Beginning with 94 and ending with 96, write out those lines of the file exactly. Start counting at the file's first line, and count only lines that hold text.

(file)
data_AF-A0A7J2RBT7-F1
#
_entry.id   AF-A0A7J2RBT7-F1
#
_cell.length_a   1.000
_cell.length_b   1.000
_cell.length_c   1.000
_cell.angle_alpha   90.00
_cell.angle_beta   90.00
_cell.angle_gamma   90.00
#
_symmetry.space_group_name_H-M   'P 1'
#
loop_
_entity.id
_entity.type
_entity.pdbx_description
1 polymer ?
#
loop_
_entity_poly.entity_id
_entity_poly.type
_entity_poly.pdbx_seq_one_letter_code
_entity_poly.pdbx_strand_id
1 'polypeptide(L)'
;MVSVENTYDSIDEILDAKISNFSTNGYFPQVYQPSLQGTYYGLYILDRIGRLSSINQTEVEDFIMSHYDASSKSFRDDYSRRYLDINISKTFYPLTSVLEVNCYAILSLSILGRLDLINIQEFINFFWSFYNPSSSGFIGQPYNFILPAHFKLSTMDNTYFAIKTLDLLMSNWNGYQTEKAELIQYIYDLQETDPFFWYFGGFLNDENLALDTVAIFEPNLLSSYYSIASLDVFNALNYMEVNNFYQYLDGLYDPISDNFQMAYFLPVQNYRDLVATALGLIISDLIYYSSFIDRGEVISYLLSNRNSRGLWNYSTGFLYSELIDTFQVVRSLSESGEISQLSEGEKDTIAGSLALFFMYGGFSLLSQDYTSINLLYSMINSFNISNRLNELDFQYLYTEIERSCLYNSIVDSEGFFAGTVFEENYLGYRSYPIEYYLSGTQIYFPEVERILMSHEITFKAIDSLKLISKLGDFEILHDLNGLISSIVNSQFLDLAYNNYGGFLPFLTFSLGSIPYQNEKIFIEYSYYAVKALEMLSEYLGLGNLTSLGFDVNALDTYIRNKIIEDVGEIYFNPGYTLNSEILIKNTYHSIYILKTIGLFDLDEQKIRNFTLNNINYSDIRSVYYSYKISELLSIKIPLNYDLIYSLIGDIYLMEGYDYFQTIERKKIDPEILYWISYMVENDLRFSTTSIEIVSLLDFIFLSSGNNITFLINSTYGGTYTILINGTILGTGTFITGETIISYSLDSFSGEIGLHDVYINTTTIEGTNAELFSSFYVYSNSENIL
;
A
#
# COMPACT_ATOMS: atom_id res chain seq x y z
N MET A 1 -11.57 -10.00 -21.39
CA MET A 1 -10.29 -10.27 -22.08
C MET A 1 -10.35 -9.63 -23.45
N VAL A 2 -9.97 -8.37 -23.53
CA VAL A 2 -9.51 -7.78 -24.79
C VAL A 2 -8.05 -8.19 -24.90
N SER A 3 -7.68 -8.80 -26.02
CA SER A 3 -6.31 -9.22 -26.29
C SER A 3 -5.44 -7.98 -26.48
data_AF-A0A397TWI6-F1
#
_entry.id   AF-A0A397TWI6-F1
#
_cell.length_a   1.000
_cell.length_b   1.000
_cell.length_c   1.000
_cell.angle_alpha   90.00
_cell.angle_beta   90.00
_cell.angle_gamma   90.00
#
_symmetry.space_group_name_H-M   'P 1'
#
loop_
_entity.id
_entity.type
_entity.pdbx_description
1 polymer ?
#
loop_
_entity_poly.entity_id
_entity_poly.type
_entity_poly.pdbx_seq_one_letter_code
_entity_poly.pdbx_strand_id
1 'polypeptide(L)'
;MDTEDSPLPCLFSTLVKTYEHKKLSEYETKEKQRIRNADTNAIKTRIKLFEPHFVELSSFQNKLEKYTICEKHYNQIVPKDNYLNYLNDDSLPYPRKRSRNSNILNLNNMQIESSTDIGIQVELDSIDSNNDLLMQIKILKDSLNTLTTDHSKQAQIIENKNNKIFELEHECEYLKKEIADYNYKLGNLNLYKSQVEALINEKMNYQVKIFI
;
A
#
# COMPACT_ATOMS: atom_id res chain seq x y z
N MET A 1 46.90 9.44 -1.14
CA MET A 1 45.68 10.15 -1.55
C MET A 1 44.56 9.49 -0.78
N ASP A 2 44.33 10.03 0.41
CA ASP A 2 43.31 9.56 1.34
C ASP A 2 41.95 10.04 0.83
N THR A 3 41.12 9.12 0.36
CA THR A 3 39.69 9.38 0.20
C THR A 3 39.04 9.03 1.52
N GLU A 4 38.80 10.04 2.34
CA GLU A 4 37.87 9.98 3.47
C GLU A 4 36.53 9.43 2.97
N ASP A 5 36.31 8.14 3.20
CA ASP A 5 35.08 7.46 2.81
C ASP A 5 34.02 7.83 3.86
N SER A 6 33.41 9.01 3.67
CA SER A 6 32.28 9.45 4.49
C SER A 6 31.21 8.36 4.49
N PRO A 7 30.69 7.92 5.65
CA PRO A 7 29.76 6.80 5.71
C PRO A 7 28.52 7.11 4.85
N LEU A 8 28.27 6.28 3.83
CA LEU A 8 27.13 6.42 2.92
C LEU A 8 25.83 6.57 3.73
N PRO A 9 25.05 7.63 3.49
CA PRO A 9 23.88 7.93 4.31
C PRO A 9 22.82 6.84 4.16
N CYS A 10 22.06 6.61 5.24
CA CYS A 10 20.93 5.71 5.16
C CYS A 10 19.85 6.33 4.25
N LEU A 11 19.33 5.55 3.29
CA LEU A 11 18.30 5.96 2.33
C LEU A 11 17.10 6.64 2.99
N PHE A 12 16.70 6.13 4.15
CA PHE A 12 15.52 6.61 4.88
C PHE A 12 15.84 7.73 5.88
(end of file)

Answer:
N PRO A 9 25.05 7.63 3.49
CA PRO A 9 23.88 7.93 4.31
C PRO A 9 22.82 6.84 4.16